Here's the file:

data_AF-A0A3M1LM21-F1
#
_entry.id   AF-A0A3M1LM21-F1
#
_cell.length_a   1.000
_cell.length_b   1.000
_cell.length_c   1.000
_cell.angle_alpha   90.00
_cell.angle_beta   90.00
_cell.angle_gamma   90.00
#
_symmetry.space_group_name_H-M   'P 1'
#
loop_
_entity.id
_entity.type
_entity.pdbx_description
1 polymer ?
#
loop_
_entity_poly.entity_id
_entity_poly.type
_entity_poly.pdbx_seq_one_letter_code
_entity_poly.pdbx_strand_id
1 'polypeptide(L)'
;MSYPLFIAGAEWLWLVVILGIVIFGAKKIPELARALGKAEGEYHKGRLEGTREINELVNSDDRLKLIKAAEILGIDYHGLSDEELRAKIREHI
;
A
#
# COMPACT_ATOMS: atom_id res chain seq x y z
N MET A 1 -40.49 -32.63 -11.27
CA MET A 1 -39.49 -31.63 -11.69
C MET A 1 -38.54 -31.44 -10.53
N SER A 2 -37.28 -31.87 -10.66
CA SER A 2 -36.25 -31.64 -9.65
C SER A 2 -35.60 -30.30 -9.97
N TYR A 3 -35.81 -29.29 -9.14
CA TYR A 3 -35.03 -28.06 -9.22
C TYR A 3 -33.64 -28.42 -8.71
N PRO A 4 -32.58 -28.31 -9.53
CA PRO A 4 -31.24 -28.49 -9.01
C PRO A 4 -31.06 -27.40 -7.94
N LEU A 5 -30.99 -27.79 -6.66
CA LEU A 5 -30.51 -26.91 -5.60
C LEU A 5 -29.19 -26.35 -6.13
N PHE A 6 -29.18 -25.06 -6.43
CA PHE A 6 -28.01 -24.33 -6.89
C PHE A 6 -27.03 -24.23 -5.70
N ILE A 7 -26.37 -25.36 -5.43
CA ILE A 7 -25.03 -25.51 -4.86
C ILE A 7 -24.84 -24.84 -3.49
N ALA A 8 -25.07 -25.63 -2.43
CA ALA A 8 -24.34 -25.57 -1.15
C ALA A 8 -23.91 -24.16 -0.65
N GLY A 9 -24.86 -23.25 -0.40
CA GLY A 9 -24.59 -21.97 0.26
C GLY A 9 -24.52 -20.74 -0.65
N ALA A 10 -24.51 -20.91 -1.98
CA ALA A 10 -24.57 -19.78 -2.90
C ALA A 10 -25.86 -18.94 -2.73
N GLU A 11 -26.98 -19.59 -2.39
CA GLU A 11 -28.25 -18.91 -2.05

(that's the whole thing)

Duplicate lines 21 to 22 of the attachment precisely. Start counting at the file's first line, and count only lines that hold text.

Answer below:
_entity_poly.entity_id
_entity_poly.type